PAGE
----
Electricity Companies Call On The Government To Fix The Chaos It Has Generated In The Awarding Of Renewable Energy Licences


The monumental bureaucratic bottleneck that currently exists in Spain in the processing of permits for the installation of renewable energy plants threatens to destroy hundreds of projects if the government does not intervene in the coming weeks. According to various reports handled by the major electricity companies and reported by the newspaper Expansión, the paralysis is already affecting between 2,500 and 3,000 projects, totalling between 80,000 and 100,000 megawatts (MW) of power to be installed.

The main bottleneck is the so-called Environmental Impact Statement (EIS). Depending on the type of project or the part of the installation affected, the processing is carried out by the Autonomous Communities or the State.

The great paradox is that the origin of the problem lies in the decision taken by the Ministry of Ecological Transition itself, headed by Teresa Ribera, when in 2020, in an attempt to curb the enormous speculation that was being generated in the sector, it launched Royal Decree-Law 23/2020.

This regulation established a series of requirements (milestones) that projects had to meet in a series of deadlines in order not to lose the grid access point granted to them by Red Eléctrica. Initially, the regulation was well received. It was assumed that it would serve to sift out the really solid projects and separate them from those that were pure financial speculation.
One of the main requirements established by this regulation was that all developers who had obtained permission to connect to the grid after 31 December 2017, and before the entry into force of the decree, had a period of 31 months to obtain a favourable Environmental Impact Statement. That deadline expires on 24 January 2023.

The problem is that the government did not count on the negative knock-on effects that the regulation would produce. The very fact of setting requirements to be met within specific deadlines caused a race against the clock to obtain permits, with the consequent avalanche of applications. This ended up saturating public administrations, which were unable to react in time. To make matters worse, it happened at a time when the Covid pandemic was still going on and bureaucratic procedures were slower.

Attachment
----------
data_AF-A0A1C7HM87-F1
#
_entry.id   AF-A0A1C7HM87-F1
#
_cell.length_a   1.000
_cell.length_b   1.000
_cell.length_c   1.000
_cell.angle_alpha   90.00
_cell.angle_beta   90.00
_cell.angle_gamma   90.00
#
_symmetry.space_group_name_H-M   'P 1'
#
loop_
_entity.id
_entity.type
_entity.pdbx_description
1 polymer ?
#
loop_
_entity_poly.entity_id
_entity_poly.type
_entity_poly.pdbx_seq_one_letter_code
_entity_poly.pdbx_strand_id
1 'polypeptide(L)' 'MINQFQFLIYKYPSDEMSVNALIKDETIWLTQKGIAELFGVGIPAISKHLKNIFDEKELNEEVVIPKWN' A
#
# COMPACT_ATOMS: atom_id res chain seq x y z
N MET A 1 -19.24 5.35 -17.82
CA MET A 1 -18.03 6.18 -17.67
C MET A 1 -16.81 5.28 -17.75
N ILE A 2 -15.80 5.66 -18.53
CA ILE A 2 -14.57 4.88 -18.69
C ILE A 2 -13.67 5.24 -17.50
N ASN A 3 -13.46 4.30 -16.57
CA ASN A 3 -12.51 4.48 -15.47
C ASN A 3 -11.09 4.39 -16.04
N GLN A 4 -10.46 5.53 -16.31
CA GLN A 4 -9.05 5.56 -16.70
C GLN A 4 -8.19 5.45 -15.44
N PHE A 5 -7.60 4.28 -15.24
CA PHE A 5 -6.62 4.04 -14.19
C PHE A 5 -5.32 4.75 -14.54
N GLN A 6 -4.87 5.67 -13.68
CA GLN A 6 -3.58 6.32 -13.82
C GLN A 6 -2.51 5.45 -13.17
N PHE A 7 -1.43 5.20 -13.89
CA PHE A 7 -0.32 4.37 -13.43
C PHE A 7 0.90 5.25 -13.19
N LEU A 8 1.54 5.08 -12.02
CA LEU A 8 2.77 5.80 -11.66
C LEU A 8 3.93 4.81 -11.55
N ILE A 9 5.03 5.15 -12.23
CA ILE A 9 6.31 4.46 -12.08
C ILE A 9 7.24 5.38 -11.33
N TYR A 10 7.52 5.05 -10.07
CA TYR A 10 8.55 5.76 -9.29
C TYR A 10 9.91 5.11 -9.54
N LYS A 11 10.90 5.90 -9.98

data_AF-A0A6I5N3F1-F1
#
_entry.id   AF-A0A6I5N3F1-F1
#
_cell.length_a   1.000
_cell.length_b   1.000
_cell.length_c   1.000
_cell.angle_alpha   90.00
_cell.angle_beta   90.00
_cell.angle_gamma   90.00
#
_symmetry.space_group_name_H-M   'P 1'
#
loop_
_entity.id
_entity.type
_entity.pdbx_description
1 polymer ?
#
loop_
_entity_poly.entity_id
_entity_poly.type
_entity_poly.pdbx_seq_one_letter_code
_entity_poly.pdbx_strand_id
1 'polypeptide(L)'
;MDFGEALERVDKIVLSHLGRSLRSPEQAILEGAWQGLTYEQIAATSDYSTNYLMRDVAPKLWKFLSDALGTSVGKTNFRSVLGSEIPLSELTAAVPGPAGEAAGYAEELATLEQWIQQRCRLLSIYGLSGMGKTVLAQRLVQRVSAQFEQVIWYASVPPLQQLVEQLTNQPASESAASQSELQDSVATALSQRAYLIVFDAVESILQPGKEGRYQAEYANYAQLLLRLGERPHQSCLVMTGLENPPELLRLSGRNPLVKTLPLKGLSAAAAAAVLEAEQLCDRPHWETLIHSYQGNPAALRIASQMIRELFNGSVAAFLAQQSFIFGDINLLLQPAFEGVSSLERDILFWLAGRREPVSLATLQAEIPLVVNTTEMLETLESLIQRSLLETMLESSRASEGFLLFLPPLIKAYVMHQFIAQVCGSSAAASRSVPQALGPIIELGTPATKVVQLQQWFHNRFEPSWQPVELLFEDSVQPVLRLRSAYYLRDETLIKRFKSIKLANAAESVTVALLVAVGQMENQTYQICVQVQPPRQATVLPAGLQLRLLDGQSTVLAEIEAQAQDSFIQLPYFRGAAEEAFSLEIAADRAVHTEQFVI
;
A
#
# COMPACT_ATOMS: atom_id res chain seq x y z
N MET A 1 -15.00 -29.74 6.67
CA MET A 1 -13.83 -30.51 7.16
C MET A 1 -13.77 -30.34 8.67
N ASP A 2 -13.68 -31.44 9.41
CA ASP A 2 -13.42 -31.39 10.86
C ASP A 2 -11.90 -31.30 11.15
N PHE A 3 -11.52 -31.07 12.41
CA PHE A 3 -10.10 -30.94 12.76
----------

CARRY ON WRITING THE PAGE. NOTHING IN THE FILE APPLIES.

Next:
From the 250 projects processed in 2019, for example, it went to more than 750 in 2020, and from there to more than 2,300 in 2021, according to a Deloitte report handled by Iberdrola. The figure could now be closer to 3,000 projects.

Although the problem has been looming for months, it is only now – with the 24 January date just around the corner – that all the alarm bells are ringing. If they do not obtain the permits before that date, the projects will die, because they will lose the access point to the network, even if the delay is the fault of the administration.

Although some regions have speeded up procedures, in general the situation is chaotic. There are Autonomous Regions that have been granted more than 60,000 MW of access capacity and yet have hardly processed any projects. Up to 10% of the stalled projects have been stuck for almost four years without a response in obtaining the EIS. The drama is that failure to issue the report results, administratively, in the project being shelved.

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The Corner
The Corner has a team of on-the-ground reporters in capital cities ranging from New York to Beijing. Their stories are edited by the teams at the Spanish magazine Consejeros (for members of companies’ boards of directors) and at the stock market news site Consenso Del Mercado (market consensus). They have worked in economics and communication for over 25 years.